In these days, it’s popular to upload home made music videos to the music of your favourite bands to sites such as YouTube — but it’s also a time where those who have the rights to the music is happy to sue or at least claim copyright infringement for a a 29 second long video clip of a dancing baby, because you could hear the artist playing in the background.
What then, is the reactions to a video where a girl dance to a complete tune?
The reactions among the viewers are of course positive, but the band itself, what would they do when they learn about it?
Well — why not ask if the girl in question is present in the audience on a gig, take her up on the stage, and let her perform the dance with the band — live?
Now that is what I think is appreciating your fans! No wonder fans start young then, imitating their heroes:
There are companies who don’t like it too much when they find that their products are being pirated and shared over the internet, understandably enough. We mostly hear about the actions of the Music And Film Associations of America (RIAA and MPAA) here, and how they react by sueing both the living and the dead. Reactions so out of proportions that few have sympathy with them, even if they are the wronged ones.
But — what if the MAFIAA and their helpers react by doing things on the wrong side of the law? There has been suspicions that such is the case, and at least one episode where this has been claimed, though I believe the (US) court sided with the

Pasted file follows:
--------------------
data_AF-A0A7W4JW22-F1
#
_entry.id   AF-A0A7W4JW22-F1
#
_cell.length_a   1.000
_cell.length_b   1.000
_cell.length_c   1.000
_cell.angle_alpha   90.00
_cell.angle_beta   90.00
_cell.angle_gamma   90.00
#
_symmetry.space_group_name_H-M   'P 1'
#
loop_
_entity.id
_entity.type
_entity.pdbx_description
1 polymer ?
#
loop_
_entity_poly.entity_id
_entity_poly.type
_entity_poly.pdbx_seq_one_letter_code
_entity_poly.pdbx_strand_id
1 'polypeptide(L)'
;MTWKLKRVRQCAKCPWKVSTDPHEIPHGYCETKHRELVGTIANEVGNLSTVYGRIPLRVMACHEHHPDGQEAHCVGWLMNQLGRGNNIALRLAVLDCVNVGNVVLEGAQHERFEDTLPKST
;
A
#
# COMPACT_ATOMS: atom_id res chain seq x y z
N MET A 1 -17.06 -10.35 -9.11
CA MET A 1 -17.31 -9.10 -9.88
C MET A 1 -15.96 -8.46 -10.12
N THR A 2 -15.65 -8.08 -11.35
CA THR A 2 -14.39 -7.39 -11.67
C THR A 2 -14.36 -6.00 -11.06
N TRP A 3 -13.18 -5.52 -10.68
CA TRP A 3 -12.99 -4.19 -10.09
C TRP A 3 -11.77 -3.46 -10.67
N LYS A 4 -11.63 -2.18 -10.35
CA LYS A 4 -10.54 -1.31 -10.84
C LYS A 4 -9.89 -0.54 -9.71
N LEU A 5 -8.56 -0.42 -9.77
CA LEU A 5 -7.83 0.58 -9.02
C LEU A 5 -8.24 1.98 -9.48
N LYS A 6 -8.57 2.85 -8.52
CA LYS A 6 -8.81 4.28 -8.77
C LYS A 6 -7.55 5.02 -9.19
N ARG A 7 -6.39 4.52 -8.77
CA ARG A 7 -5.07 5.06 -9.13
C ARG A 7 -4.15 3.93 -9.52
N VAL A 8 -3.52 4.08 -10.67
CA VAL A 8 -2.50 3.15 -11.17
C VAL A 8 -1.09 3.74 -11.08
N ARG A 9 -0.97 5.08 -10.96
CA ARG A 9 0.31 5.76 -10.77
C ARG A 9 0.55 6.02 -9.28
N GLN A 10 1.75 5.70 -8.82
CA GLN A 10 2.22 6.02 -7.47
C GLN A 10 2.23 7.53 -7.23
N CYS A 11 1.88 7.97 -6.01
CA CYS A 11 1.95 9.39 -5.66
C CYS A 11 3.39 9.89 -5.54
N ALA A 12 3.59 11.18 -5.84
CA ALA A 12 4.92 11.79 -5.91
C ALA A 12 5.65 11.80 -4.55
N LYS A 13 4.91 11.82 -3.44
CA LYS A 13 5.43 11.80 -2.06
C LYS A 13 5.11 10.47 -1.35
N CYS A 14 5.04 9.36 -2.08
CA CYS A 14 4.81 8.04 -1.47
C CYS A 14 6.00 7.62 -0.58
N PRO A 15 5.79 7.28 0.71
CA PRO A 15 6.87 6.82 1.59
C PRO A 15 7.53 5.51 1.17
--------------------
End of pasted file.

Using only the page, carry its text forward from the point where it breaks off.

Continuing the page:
money music industry in that one. However, recently emails have leaked from MediaDefender, a company used by the MAFIAA in their fight against file sharers, and these emails have been shared and scrutinized by many. What have been found?
Well, the guys at the Pirate Bay have found enough to go to the police, reporting several companies. Oh, the irony. The companies behind the earlier attempt to take down the Pirate Bay find themselves on the wrong end of the stick? But — no one should be above the law.
It will be interesting to see how this plays out.
Well – I’m not taking anything for granted. I also remember having read that an Apple lawyer saw no reason to drop DRM, even if the record companies should stop demanding it (sorry, I don’t have the link anymore. But maybe I’ve mentioned it in an earlier post?)
Now hoewever, Steve Jobs has shared with us his thoughts about music, about DRM and Fairplay and why Apple don’t licence it to others. What I like most about what he writes is this:
The third alternative is to abolish DRMs entirely. Imagine a world where every online store sells DRM-free music encoded in open licensable formats. In such a world, any player can play music purchased from any store, and any store can sell music which is playable on all players. This is clearly the best alternative for consumers, and Apple would embrace it in a heartbeat. If the big four music companies would license Apple their music without the requirement that it be protected with a DRM, we would switch to selling only DRM-free music on our iTunes store. Every iPod ever made will play this DRM-free music.